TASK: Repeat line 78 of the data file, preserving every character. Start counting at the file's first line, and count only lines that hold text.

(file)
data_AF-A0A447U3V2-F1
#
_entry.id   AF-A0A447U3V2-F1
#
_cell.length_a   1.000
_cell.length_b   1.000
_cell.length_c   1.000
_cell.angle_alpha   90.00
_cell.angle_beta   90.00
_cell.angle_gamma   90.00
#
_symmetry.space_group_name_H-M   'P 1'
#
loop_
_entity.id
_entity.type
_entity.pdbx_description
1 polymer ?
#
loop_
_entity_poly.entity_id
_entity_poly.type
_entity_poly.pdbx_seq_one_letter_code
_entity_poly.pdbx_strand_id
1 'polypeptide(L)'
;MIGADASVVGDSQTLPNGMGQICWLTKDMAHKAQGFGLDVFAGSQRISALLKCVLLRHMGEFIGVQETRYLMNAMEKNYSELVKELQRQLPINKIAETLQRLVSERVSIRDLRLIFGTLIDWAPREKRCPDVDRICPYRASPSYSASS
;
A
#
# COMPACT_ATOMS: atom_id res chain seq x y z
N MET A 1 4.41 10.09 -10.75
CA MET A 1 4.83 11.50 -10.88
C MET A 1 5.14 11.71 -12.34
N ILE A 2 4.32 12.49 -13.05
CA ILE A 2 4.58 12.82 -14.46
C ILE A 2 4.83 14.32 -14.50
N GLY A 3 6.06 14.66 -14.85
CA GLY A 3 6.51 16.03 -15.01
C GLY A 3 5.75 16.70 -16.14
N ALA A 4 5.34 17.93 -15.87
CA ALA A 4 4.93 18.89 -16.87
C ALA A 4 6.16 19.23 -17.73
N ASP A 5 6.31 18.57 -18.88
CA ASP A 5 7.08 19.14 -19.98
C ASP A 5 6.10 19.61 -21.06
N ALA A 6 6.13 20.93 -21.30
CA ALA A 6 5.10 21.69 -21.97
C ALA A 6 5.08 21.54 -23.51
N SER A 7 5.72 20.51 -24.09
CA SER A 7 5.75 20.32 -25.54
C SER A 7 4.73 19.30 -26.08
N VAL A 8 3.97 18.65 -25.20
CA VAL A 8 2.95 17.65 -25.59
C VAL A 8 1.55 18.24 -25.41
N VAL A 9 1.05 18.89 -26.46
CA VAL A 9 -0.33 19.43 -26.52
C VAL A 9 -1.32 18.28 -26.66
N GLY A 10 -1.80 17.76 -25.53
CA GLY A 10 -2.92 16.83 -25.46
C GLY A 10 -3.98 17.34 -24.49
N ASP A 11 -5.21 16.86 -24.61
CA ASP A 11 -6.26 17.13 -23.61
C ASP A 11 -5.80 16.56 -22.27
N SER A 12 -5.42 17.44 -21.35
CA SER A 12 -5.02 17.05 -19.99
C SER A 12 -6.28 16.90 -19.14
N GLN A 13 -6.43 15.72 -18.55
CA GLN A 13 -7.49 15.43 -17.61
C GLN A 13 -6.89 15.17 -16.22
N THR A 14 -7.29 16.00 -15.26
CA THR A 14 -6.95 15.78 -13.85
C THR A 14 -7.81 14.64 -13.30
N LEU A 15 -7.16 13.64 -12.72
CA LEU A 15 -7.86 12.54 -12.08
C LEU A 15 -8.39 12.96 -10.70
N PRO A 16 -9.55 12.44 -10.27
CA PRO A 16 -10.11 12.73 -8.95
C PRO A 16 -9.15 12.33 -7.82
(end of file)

C PRO A 16 -9.15 12.33 -7.82